Re: Gilson Two-Cursor Design


Maynard Wright, P. E., W6PAP
 

Hi, John

Just in case it might be a point of interest with respect to this topic, the AN 5837-1 "Computer, Altitude Correction" that I described in an earlier email is an example of a two-cursor circular rule with a clamp for one of the cursors.   It was supplied to the USAAF by G. Felsenthal & Sons on a 1943 contract.

Best regards,

Maynard Wright


On 6/12/21 3:02 PM, John Runnels wrote:

I seek “crowdsourcing” help for a research topic.  I am researching the history of Gilson slide rules for a possible presentation at IM 2021 (if I can get it ready in time), as well as for eventual publication in JOS.

 

Gilson slide rules were the most successful circular slide rules in the United States.  And they were among the most successful circular slide rules worldwide (at least, if one excludes pocket-watch types).

 

The thesis of the proposed presentation is that among the factors that contributed to the success of Gilson slide rules were the following three:

 

  1. Gilson rules were economically produced, with a sturdy, durable design.
  2. The Gilson scale layout was efficient.
  3. Gilson rules featured a novel improvement over prior two-cursor designs:  A clutch allows the first cursor to move independently of the second cursor; while moving the second cursor automatically causes the first cursor to rotate in tandem with it, maintaining a fixed angle of separation between the two cursors.  No extra effort is required by the user to do this.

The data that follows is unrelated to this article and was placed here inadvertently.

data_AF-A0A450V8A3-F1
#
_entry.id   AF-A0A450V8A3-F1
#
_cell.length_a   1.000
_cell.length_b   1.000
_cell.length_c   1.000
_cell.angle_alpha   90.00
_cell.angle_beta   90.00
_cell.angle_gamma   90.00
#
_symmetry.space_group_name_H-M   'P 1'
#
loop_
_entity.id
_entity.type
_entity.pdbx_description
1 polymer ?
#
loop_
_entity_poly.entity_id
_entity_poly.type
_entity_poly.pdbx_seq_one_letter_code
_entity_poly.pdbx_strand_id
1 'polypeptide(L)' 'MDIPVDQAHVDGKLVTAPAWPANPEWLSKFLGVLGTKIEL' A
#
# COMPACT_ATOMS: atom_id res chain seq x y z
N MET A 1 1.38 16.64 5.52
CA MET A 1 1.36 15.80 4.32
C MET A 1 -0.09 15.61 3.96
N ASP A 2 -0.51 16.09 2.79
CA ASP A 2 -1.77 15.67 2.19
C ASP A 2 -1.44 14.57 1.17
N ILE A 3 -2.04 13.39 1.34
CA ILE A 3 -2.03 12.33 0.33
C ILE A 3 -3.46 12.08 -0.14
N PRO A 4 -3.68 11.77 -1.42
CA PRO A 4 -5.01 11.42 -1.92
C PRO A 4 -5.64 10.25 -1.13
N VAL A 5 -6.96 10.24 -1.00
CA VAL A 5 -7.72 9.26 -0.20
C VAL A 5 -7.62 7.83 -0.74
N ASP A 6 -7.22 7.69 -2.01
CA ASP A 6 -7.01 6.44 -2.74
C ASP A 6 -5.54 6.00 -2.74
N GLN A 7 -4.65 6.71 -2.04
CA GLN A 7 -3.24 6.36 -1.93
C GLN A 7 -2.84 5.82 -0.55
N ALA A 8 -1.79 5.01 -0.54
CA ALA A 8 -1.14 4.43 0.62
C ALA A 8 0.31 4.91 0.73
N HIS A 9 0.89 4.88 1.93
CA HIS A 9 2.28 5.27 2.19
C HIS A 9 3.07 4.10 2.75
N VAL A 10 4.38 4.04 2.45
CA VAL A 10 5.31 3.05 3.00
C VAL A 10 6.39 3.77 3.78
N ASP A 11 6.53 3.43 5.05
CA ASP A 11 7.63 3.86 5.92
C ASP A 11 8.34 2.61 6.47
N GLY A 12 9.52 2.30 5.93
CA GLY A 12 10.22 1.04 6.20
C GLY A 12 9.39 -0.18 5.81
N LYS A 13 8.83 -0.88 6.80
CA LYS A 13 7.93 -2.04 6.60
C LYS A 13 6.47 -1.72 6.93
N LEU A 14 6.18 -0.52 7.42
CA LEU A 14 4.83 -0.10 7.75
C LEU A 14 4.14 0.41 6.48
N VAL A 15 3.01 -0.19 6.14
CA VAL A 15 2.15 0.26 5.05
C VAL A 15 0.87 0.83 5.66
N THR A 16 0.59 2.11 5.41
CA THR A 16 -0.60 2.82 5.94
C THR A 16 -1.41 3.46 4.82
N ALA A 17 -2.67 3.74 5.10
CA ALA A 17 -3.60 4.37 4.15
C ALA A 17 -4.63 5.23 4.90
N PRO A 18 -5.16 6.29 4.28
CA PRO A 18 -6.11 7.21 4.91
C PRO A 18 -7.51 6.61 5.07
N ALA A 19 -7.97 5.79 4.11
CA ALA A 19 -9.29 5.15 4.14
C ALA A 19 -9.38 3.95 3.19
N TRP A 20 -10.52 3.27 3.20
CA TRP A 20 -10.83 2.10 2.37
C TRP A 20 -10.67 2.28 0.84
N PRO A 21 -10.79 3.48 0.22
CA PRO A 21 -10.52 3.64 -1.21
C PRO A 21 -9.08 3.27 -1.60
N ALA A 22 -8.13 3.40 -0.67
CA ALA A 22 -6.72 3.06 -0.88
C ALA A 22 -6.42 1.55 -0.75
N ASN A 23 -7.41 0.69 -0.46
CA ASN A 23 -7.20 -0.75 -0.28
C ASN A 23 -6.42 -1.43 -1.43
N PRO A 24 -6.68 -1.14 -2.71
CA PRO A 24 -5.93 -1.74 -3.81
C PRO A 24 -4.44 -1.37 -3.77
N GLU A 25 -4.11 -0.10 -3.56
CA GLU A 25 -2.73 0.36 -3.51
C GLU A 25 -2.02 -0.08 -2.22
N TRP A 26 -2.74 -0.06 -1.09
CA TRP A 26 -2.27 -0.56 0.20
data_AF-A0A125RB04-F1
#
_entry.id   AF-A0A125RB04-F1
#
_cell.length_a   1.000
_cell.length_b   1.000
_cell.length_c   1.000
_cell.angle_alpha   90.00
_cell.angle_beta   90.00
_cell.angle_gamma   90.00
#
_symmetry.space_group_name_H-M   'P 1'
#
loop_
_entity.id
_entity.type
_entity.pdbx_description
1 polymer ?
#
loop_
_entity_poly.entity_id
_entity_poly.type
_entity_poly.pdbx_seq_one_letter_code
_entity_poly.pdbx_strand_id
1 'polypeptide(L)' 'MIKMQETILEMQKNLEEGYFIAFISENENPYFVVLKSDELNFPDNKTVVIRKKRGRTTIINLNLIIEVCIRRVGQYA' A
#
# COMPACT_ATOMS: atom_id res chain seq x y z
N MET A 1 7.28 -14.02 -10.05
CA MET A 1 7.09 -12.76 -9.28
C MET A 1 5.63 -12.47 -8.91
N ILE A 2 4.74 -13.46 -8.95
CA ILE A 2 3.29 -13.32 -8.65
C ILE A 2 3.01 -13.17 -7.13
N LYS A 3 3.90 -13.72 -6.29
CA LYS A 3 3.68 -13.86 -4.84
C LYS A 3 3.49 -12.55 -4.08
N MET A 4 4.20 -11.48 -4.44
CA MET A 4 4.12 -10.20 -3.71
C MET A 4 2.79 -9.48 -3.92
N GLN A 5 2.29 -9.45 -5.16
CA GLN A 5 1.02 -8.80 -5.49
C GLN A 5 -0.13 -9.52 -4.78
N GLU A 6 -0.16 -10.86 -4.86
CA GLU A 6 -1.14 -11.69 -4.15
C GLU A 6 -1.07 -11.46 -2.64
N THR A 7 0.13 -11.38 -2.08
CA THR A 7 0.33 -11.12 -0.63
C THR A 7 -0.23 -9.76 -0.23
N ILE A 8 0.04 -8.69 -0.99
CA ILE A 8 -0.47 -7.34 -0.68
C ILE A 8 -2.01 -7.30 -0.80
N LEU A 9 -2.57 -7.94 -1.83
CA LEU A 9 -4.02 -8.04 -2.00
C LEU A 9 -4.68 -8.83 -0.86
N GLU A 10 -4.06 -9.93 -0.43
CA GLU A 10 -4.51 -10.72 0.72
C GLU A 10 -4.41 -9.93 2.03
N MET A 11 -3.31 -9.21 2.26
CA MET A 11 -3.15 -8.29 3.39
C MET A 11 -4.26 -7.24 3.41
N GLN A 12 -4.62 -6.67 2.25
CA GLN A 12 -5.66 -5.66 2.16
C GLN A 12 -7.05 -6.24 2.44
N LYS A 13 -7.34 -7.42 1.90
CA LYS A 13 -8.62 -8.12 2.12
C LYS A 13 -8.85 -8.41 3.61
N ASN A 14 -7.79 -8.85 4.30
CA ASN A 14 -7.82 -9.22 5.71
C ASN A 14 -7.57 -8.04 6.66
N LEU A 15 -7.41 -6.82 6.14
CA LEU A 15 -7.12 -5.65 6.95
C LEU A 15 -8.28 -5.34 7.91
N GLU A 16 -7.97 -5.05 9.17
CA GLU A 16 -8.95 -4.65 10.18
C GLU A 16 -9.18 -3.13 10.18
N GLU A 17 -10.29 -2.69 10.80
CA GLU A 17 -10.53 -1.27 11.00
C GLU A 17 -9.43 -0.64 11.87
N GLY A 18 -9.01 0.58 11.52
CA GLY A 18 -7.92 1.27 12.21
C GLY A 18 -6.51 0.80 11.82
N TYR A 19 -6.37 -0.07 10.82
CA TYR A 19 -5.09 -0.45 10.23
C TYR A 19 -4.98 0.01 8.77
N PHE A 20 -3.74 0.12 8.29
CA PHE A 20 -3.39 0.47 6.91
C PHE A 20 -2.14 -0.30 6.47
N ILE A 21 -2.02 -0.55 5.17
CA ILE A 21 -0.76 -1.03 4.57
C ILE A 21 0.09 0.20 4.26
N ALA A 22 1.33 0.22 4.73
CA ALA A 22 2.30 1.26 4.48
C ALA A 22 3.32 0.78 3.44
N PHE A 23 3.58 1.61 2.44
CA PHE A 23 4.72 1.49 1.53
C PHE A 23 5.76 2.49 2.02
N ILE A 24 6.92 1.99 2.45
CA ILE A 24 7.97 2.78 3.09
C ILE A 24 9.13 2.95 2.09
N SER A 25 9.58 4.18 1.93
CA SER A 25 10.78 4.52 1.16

I am seeking the collective wisdom of the Slide Rule Community on point No. 3:  Does anyone know of an earlier circular slide rule, published or manufactured prior to 1921, that had two cursors, in which the movement of the two cursors acted in the same manner as Gilson’s?

 

The use of two cursors (or dividers) was not new in itself, of course.  That idea goes all the way back to Oughtred’s Circles of Proportion.  After Oughtred and before Gilson, others had described mechanisms in which clamps could be manually set or released, so that the two cursors would then move independently or in tandem, as the user selected.  However, such a manually-operated clamping mechanism requires extra steps as compared to the Gilson design, and it also introduces a source of possible operator error.

 

The hypothesis is that Gilson’s design was the first circular slide rule that had two cursors that operated in this manner — one cursor rotates freely, while rotating the second cursor automatically causes both cursors to move in tandem with a fixed separation.

 

Gilson’s original patent almost makes this assertion, but the wording stops short of actually saying that.  And of course there is the possibility that, aside from whatever Gilson’s patent specification said, and aside from whatever was known to Gilson or to the patent examiner, there could still have existed relevant references that were overlooked at the time.

 

(Gilson probably had an earlier date of invention than 1921.  However, 1921 is when his first patent application was filed, so that date provides a good first cut in reviewing what might be potentially relevant.)

 

I would be grateful for any insight, one way or the other.  Please send replies to the group or directly to me, as you may prefer.

 

Thanks!

 

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John Runnels

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